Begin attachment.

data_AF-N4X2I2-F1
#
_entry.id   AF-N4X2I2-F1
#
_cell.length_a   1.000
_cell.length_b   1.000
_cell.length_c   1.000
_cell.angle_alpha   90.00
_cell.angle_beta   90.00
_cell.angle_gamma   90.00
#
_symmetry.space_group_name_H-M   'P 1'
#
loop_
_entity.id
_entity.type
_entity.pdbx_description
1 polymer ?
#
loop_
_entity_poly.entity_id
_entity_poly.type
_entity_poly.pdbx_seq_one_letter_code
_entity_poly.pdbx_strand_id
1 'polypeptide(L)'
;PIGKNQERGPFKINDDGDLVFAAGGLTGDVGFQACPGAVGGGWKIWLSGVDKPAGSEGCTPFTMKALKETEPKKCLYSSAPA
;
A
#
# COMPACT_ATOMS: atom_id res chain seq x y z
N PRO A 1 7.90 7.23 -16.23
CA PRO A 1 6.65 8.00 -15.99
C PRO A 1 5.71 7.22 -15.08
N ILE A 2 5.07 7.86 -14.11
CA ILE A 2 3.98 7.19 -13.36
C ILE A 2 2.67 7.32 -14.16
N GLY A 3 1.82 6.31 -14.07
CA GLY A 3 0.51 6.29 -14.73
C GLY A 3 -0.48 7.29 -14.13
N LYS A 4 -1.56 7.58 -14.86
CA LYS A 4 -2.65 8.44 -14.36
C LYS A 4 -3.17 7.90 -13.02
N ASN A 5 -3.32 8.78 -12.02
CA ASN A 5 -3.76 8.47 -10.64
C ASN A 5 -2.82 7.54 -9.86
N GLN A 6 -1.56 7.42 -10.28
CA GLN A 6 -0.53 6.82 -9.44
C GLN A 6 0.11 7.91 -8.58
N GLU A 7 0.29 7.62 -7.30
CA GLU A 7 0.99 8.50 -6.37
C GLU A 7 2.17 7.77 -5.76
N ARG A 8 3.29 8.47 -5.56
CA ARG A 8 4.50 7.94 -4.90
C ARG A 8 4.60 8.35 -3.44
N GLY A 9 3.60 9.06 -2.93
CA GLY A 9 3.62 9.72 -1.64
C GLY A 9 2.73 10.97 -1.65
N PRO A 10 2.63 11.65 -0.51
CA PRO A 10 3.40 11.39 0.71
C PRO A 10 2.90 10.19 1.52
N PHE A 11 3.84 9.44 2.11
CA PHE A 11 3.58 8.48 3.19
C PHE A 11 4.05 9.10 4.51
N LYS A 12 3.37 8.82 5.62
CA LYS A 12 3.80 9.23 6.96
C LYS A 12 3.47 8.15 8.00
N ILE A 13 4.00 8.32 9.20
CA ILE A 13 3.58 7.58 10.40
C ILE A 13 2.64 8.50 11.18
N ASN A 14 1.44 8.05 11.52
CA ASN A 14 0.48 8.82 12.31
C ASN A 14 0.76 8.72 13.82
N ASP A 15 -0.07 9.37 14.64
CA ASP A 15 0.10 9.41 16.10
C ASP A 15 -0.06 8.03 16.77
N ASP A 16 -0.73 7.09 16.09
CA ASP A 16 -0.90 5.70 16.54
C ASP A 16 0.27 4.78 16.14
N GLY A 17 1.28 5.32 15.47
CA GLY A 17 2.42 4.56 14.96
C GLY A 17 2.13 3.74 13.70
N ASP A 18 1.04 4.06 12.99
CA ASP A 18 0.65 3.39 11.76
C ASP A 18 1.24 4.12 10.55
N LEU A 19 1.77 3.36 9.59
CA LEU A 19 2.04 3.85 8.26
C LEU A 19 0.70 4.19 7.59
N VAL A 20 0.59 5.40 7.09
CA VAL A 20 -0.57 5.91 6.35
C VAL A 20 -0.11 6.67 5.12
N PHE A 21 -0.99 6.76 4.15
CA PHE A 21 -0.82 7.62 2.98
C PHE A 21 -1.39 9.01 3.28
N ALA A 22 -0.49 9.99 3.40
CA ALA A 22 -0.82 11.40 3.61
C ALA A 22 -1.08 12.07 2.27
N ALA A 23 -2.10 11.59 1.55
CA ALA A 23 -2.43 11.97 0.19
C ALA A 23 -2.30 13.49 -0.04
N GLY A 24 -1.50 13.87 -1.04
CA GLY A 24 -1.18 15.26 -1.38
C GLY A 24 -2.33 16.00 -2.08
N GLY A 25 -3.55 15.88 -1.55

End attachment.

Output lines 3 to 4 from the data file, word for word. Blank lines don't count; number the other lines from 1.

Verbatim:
_entry.id   AF-N4X2I2-F1
#